Sopa de Ajo is also a famous garlic soup, usually eaten on the morning of Good Friday during Easter Week in Spain. The soup is made with chicken stock, paprika, and eggs on some occasions. It’s even tastier when served with croutons.

Torrijas are also another Easter dish placed on the table during the Semana Santa. They are pretty similar to French toast, but only the Spanish version of it. There are a few differences, such as the frying method or ingredients. In some regions of Spain, such as Seville, people use wine instead of milk, which creates a remarkable difference.

Flores Fritas de Semana SantaHere is the most aesthetic dish of the season: Flores Fritas de Semana Santa. It is an amazing reputation in Castilla y Leon and bears a significant resemblance to Calatrava Cross. It’s also one of the most delicious snacks to taste during Easter in Spain.

Mona de Pascua is a must-have at Easter dinners. This is the traditional easter cake, mostly famous around Catalonia, Valencia, and Murcia. Mona de Pascuas mostly are made as ring-shaped sweet bread decorated with whole eggs on top or in the middle. There are variations of it, in some places it might be covered in chocolate, sprinkles, or candies.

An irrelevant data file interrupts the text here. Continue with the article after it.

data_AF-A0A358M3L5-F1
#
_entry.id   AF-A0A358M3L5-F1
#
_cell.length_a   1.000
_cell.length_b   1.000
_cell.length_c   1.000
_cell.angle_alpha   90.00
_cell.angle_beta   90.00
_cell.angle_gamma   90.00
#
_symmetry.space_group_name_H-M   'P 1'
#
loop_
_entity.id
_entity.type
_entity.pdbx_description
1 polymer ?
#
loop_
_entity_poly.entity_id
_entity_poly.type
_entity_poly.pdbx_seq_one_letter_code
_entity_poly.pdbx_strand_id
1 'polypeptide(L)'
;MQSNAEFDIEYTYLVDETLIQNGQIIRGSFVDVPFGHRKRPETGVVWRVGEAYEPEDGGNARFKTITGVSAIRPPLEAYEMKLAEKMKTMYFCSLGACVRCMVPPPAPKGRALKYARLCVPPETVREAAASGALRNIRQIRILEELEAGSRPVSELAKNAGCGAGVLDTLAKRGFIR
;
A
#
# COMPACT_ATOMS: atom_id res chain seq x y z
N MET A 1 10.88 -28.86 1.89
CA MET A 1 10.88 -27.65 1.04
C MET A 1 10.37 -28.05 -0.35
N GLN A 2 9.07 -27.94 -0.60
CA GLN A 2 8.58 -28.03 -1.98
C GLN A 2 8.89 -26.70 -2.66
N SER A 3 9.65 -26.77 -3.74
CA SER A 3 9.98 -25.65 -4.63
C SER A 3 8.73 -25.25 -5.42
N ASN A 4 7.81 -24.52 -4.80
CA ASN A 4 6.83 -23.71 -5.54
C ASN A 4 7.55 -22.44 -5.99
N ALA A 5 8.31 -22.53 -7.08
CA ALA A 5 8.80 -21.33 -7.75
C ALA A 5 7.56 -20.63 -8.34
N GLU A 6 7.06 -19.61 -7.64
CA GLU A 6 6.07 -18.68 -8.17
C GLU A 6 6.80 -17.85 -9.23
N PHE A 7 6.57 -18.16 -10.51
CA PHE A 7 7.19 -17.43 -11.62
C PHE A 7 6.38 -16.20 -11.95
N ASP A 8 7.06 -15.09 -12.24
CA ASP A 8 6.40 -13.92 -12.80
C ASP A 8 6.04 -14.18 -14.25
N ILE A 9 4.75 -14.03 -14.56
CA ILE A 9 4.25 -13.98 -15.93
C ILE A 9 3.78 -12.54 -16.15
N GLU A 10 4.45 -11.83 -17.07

Pro Tip for Travellers: People sometimes wonder, are shops open in Spain on Easter Monday? Around holidays; all public institutions, attractions, streets, and private establishments might be closed. If you are considering some sightseeing or visiting museums around the holidays, you may be disappointed.

Same as the Easter egg, your dream life is also hidden somewhere in Spain, waiting to be found. Instead of the same old egg hunt, go for a property hunt in Spain this Easter to live your best life under the sun!